Source: / Bureau of Labor Statistics

So, by impacting affordability for home-buyers, the rise in the 10-year Treasury could be doing some of the Fed’s work for them in combating inflation and setting the stage for a permanent pause in rate hikes. 

In fact, immediately after the last Fed meeting on November 2nd, Jerome Powell stated, “perhaps the most important thing is that these higher Treasury yields are showing through a higher borrowing cost for households and businesses and those higher costs are going to weigh on economic activity to the extent this tightening persists and the mind’s eye goes to the 8 percent, near 8 percent mortgage rate, which could have pretty significant effect on housing.”

Is Powell indicating that a 10-year Treasury rate hovering between 4.50% and 5% is ‘sufficiently restrictive’ enough to meet the Fed’s inflation objectives?  At this point, it appears as though investors interpreted the comment above, along with many others that day, as a sign that the Fed is done raising interest rates.  This is something that markets have been pining for over the past twelve months and, at least in the very short-term, investors have reacted positively with markets ascending since the Fed concluded its latest meeting on November 2nd.  

Where Do We Go From Here?

That was quite the spending-related rabbit hole we dove into, but it is a topic that seems to reverberate across the economic spectrum right now, so I thought it was important to provide some perspective.  

We have yet to even mention the prospect of a government shutdown that could materialize if an agreement is not reached by November 17th, and many of the disagreements at the heart of that debate are related to spending and debt in some way.  

When people see the U.S. debt figures reaching $33 trillion, they often say it’s quite sobering.  For me it’s quite the opposite, as it makes me want to reach for the nearest glass of wine.  All kidding aside, we often get questions about whether or not this ballooning debt is a ticking time bomb for the economy.  The answer is – probably not in the short term.  If you look at a country like Japan, they’ve been operating with debt that’s been over 100% of the country’s gross domestic product (GDP) since the year 2000.  Currently, their debt is well-above 200% of GDP, as seen in the chart below.  Comparatively, the U.S. debt is currently about 118% of GDP and has been declining slightly since 2020.

While the U.S. and Japanese economies are different in many ways, this at least helps to illustrate that the U.S. is not necessarily about to fall off a proverbial fiscal cliff.  Having said that, it’s hard to deny that the current state of borrowing is untenable over the long term.  

Remember, higher Treasury rates means that the cost of servicing debt has and will increase over time.  Over the past decade or so, the U.S. was able to borrow at extremely low rates.  On December 31, 2021, the 1-year U.S. Treasury was 0.39%, the 5-year was 1.26%, and the 10-year was 1.52%.  That’s about as close to free money as you can get.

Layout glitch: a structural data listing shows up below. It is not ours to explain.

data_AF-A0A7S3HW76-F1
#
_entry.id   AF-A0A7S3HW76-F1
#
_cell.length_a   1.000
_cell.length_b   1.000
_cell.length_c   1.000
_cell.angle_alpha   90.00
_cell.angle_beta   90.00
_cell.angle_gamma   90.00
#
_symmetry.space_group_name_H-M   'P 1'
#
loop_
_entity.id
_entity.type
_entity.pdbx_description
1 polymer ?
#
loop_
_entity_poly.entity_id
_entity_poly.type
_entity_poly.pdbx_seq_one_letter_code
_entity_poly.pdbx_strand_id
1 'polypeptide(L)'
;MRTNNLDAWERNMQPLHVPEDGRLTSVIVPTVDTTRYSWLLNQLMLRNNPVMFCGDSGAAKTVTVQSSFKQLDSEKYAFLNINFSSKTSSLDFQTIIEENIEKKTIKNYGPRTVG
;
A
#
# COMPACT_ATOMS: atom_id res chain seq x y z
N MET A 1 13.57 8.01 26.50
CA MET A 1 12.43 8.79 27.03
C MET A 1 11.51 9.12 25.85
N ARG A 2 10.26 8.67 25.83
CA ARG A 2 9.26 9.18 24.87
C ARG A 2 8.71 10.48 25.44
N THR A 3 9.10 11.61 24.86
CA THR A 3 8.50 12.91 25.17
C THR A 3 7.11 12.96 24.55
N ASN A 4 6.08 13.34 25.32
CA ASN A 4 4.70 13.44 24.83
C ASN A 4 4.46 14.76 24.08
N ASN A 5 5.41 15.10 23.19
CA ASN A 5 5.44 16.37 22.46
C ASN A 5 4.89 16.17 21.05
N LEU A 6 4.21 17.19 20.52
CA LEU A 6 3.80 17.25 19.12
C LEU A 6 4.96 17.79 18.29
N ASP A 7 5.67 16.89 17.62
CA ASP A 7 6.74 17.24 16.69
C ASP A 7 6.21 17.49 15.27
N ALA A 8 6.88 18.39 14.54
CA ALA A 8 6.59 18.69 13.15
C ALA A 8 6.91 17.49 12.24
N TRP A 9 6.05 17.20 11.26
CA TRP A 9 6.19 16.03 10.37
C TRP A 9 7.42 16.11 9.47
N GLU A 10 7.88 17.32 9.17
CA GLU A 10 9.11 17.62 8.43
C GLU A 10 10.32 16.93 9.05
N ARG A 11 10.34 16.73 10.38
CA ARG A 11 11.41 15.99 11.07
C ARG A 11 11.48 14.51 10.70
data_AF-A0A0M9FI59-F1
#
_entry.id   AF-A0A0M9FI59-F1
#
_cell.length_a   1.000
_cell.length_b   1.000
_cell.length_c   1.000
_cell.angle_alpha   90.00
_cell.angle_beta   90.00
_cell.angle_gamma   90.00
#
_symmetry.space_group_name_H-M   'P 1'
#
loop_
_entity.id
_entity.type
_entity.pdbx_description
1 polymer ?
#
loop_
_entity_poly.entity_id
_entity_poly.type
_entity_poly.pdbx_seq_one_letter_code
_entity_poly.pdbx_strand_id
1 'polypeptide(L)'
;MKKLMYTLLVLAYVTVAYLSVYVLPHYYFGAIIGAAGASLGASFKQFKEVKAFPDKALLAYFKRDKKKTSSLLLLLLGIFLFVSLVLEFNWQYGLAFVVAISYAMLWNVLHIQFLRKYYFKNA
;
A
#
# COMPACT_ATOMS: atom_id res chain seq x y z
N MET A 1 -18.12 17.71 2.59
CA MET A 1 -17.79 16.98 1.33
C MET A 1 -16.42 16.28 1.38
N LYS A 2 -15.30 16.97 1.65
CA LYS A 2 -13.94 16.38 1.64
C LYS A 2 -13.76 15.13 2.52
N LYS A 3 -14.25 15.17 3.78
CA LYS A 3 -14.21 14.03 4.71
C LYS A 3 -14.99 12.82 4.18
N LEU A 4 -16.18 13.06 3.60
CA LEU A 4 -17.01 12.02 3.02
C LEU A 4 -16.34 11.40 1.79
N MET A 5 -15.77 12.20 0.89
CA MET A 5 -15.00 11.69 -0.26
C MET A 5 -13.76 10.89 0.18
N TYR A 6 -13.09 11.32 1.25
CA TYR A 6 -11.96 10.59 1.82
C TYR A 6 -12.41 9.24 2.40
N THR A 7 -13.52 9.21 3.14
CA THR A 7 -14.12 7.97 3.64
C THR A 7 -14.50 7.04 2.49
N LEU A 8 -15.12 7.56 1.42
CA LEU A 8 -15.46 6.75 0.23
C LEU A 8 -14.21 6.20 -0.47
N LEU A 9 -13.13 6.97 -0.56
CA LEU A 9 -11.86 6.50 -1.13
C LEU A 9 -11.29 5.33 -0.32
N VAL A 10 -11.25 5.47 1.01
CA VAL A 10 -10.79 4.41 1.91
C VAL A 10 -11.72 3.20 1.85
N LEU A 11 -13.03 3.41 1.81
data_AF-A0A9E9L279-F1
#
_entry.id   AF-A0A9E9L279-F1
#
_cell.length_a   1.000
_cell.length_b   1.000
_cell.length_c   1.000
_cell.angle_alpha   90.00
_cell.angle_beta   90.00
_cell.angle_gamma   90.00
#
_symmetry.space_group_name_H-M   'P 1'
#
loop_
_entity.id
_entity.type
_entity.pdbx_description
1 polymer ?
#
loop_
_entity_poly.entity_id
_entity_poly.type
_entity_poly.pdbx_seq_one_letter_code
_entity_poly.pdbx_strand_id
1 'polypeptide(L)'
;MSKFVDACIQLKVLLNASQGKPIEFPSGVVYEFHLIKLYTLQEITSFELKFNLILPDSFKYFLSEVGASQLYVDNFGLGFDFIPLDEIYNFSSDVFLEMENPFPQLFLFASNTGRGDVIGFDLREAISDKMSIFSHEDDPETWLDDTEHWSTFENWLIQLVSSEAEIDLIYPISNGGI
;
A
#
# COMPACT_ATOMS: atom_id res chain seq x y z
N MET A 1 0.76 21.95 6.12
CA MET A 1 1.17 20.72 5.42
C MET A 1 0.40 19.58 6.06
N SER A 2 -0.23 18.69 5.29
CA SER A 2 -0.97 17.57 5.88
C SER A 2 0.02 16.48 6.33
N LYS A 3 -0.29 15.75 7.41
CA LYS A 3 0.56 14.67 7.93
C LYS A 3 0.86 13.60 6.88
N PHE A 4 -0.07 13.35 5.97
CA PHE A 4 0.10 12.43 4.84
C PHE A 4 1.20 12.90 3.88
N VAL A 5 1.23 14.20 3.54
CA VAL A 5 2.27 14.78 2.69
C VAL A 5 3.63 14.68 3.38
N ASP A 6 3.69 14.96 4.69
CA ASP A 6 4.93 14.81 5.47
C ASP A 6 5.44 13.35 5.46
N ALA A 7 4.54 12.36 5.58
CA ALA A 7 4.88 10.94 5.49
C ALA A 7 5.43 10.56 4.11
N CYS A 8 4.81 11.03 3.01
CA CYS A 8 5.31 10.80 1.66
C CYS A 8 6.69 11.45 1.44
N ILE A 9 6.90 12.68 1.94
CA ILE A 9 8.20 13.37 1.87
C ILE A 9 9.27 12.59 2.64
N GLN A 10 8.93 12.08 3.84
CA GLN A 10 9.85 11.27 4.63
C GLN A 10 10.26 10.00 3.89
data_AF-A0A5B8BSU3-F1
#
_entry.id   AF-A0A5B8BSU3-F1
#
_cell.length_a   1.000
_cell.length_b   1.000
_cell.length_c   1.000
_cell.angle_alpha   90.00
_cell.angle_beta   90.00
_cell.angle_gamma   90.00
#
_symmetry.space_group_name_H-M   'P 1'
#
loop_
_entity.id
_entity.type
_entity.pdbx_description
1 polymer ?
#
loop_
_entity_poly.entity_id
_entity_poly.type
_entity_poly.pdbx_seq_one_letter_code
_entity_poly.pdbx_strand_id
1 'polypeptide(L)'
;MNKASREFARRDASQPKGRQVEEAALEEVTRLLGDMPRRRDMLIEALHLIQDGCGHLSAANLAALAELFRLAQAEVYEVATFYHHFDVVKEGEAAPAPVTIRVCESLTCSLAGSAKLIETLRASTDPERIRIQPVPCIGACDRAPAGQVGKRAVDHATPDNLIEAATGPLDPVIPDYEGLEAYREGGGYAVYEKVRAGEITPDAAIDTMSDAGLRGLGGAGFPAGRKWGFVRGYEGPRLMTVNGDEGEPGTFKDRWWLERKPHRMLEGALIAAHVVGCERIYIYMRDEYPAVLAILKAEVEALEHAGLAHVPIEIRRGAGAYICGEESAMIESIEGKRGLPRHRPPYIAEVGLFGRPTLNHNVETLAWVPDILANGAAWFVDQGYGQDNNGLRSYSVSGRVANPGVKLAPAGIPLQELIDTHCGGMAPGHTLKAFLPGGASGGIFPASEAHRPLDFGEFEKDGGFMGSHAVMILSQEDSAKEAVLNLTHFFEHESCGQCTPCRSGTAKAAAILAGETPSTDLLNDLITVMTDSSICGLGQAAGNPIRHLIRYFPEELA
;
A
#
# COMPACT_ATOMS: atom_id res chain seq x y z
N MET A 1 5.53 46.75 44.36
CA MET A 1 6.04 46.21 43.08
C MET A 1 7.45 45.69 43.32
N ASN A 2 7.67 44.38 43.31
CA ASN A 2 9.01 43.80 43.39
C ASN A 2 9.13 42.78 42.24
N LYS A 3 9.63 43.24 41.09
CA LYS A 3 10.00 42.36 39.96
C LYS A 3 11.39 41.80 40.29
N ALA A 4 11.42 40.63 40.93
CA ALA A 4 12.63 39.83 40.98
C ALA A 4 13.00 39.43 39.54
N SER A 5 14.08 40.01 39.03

Today, the environment is entirely different, and this becomes starkly evident in the chart below that shows that U.S. government debt servicing interest payments rose to another all-time annualized high of $1.28 trillion dollars by Q3 2023.  

If the trend above continues, then debt servicing will overtake Medicare & Medicaid as the government’s largest budget expense.  

I communicate all of this not to alarm or incite anyone, but to simply make everyone aware of some of these key data points and how they may impact investors both now and in the future.  We anticipate that interest rates will fall over time.  While far from a panacea, this will likely positively impact the cost of potential debt servicing in the years ahead while also providing some potential tailwinds for stock and bond markets.
Furthermore, as of this writing, we’ve seen the 10-year Treasury rate fall largely because the U.S. Treasury recently announced that they expect to issue less debt in Q4 of 2023 than markets anticipated, and this was broadly received as welcome news, and this relaxed some of the upward pressure on longer-term U.S. Treasury rates.

There is plenty more we could cover this month, but this is quite a lot to absorb.  I hope it also goes without saying that we are keeping a watchful eye on the war in Israel.  This is a tragic situation that can change minute by minute, hour by hour, and day by day, so it’s something we track very closely.  

We also will get our next Consumer Price Index (CPI) report on November 14th.  Markets are predicting headline CPI of 3.7% and core CPI of 4.1%, which would indicate a sideways move in inflation since the September report (released in October). Will falling energy prices have a positive impact on CPI this month?  We shall see.  We are also keeping a close eye on a potential government shutdown, which, without a resolution, would come to a head on November 17th.  Therefore, the first few weeks of November are bound to be quite eventful, and we’ll keep you apprised of any changes that might impact our outlook for investors.

Important note and disclosure: This article is intended to be informational in nature; it should not be used as the basis for investment decisions. You should seek the advice of an investment professional who understands your particular situation before making any decisions. Investments are subject to risks, including loss of principal. Past returns are not indicative of future results.

Advisory services provided by Destiny Capital Corporation, a Registered Investment Adviser.